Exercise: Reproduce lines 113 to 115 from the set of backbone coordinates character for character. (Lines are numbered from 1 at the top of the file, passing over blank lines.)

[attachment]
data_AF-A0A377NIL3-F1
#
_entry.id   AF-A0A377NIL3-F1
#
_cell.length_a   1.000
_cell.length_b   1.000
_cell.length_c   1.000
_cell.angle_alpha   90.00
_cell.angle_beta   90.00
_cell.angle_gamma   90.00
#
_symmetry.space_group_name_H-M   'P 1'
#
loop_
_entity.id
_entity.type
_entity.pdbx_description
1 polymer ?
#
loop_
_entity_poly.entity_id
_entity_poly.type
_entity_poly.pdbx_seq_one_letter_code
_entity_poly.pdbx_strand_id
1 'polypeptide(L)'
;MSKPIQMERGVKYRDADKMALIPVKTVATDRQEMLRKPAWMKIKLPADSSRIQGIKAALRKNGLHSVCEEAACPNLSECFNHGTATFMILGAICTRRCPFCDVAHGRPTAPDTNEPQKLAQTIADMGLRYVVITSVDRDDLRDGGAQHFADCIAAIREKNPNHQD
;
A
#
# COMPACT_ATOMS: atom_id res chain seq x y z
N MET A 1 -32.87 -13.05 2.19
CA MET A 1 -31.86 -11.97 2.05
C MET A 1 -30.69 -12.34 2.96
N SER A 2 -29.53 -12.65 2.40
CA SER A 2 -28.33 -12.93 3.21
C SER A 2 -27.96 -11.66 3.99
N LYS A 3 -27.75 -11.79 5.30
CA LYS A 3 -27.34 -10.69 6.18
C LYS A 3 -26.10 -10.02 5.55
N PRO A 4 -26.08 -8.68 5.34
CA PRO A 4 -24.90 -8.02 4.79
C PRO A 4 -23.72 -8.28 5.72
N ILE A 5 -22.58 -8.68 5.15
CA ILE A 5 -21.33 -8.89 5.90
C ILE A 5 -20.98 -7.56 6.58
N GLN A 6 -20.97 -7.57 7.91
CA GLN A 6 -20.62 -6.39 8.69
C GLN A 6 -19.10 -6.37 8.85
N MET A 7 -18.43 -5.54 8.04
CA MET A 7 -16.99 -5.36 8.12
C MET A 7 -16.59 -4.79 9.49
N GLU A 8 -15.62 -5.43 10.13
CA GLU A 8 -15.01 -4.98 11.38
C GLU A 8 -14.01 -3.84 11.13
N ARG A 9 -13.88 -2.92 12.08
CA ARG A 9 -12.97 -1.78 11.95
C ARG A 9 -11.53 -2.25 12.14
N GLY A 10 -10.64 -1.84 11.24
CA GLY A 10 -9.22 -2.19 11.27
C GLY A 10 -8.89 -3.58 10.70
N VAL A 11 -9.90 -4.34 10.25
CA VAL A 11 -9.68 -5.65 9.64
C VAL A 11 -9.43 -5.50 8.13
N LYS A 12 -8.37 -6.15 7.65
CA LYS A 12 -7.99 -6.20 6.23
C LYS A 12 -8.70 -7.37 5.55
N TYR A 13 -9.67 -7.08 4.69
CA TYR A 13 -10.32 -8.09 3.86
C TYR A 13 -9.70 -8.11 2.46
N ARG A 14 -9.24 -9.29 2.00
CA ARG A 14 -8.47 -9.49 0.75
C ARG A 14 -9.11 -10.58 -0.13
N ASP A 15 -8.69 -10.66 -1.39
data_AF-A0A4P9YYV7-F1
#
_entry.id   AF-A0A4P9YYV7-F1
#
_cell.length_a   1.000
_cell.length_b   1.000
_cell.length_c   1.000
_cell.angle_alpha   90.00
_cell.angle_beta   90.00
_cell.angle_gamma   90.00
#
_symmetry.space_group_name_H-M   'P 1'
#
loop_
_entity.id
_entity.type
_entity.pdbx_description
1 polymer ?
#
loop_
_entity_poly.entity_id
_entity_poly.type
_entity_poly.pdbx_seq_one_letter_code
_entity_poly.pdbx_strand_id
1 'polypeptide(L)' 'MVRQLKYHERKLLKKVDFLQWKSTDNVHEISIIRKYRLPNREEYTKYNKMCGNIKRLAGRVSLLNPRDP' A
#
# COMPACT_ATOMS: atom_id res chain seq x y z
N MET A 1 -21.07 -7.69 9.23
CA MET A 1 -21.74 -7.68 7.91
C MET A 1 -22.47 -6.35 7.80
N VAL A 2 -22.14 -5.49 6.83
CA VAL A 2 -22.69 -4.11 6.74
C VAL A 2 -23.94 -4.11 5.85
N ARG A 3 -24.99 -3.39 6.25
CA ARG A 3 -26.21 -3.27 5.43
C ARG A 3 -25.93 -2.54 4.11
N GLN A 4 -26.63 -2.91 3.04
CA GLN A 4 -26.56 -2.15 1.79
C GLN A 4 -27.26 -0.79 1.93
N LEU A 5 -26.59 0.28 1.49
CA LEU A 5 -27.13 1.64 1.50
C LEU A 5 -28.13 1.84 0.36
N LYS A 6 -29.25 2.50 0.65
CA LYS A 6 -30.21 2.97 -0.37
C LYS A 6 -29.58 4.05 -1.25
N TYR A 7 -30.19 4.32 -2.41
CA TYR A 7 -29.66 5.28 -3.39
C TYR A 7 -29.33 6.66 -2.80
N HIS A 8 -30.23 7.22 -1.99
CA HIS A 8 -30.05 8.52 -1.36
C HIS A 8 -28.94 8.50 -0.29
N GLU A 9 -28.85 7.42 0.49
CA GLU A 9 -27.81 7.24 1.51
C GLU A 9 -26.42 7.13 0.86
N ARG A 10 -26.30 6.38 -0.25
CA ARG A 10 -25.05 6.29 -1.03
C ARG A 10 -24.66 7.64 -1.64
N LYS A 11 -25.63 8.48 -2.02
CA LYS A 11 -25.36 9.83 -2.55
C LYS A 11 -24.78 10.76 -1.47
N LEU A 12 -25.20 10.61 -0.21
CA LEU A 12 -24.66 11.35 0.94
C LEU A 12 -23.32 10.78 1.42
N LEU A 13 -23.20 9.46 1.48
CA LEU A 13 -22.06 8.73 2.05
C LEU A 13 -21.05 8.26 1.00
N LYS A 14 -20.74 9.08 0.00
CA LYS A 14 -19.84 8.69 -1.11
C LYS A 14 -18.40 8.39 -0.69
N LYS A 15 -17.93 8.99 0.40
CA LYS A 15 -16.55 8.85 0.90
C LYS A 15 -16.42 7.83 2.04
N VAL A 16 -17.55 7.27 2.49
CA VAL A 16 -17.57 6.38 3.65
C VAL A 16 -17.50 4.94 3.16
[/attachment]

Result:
N LEU A 5 -26.59 0.28 1.49
CA LEU A 5 -27.13 1.64 1.50
C LEU A 5 -28.13 1.84 0.36